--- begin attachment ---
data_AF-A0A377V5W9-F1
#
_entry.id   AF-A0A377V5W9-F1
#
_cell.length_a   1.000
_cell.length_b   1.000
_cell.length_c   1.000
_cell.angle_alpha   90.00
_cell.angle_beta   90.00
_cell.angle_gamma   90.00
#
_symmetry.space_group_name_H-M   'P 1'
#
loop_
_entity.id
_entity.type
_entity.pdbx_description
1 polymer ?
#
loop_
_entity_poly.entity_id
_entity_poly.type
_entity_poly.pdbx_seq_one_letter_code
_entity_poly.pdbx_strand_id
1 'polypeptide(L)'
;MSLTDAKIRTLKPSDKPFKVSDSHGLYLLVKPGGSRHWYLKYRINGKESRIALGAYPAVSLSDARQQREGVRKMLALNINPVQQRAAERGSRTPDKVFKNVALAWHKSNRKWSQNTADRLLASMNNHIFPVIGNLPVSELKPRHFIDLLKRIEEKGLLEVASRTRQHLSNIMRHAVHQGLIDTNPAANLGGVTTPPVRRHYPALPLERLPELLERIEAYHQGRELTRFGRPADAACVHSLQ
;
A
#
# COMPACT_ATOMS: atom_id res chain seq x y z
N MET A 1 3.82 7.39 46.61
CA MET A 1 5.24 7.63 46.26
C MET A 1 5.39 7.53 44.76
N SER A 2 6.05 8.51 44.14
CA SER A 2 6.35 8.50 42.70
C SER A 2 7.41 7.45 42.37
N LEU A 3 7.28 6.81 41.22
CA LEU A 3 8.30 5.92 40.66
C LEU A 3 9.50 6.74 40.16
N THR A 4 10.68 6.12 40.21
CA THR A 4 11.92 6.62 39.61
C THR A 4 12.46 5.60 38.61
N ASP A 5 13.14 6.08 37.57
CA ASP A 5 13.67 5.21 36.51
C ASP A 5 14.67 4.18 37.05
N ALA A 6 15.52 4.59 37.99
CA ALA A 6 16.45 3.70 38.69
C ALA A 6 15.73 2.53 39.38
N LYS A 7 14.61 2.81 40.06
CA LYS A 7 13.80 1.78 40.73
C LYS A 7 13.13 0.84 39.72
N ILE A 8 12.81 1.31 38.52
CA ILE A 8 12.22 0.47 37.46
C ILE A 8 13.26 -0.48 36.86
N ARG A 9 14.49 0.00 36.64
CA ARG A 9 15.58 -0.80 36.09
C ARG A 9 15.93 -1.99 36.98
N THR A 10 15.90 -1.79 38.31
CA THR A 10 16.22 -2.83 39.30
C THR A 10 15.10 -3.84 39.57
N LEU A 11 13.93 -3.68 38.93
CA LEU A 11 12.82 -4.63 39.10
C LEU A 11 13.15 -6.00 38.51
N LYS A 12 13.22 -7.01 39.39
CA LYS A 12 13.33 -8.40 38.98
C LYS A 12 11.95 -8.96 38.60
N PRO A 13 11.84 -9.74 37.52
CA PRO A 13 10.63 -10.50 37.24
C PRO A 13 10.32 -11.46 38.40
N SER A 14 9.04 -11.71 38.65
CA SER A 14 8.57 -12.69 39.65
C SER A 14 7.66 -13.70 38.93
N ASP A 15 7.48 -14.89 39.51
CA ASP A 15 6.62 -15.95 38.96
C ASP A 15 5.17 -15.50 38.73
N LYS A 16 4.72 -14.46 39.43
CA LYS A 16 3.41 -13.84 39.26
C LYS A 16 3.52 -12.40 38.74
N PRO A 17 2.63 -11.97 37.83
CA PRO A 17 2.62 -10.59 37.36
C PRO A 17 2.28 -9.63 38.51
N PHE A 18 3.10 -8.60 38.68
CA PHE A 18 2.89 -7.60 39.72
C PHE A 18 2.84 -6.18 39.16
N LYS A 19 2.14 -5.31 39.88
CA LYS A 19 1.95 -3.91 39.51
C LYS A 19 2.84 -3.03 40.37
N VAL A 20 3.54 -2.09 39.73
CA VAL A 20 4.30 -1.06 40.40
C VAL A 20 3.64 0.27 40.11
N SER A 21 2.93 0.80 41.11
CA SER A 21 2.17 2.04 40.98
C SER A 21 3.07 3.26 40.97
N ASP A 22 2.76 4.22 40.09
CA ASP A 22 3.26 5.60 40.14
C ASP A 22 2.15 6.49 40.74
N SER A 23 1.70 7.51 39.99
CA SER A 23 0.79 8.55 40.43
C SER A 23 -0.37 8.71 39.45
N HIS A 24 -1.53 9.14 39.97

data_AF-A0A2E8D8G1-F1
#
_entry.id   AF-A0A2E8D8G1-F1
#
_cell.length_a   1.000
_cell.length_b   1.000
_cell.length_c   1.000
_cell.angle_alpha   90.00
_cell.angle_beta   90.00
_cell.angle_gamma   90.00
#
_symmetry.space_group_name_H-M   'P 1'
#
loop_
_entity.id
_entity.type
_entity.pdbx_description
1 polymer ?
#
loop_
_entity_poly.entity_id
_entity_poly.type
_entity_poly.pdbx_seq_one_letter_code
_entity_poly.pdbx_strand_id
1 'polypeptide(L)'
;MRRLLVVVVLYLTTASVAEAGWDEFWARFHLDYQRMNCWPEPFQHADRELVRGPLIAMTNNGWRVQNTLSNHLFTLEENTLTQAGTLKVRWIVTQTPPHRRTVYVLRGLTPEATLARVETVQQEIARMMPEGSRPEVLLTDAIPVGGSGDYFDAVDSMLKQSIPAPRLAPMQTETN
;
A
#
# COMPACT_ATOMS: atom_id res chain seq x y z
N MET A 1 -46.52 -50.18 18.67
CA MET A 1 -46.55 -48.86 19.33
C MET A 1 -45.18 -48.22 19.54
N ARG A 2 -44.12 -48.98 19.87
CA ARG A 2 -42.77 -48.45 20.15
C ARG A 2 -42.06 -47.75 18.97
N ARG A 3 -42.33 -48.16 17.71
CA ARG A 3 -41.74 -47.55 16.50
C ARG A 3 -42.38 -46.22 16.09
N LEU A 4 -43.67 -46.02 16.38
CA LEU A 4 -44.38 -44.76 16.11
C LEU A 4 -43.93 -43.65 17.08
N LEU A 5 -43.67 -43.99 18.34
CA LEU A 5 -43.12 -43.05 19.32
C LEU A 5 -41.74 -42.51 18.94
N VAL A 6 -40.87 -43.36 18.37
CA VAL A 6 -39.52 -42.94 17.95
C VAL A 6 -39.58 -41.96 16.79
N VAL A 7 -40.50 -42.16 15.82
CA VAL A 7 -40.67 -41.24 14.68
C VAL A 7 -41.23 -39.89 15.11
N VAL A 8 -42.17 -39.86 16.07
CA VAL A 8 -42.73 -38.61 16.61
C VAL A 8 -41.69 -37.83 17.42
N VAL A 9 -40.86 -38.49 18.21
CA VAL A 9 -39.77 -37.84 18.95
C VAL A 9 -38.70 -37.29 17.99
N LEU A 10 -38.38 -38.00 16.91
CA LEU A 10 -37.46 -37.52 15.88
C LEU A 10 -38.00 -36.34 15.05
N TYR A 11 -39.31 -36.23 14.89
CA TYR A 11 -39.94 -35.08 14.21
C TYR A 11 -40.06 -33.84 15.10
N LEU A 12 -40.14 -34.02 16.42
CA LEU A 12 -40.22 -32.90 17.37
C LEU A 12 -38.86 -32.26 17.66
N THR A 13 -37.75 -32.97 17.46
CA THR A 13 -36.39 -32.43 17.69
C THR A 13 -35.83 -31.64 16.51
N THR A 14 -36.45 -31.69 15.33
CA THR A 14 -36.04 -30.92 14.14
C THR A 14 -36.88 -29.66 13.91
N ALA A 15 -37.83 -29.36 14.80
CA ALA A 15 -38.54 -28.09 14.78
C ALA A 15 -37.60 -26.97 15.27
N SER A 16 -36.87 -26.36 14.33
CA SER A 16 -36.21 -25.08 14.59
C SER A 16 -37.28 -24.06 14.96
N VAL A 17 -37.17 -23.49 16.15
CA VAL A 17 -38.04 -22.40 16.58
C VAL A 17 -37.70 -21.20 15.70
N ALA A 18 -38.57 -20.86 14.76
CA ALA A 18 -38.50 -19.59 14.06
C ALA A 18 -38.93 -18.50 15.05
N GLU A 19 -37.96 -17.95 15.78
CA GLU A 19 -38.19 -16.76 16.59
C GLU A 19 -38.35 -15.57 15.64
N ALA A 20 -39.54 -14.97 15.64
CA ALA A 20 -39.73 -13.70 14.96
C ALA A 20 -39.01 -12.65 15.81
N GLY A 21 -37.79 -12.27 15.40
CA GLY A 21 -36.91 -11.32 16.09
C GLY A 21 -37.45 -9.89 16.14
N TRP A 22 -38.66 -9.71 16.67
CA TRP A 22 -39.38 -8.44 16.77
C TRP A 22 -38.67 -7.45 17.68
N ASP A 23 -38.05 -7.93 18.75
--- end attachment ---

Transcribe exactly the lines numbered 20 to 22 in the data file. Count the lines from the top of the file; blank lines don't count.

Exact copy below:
loop_
_entity_poly.entity_id
_entity_poly.type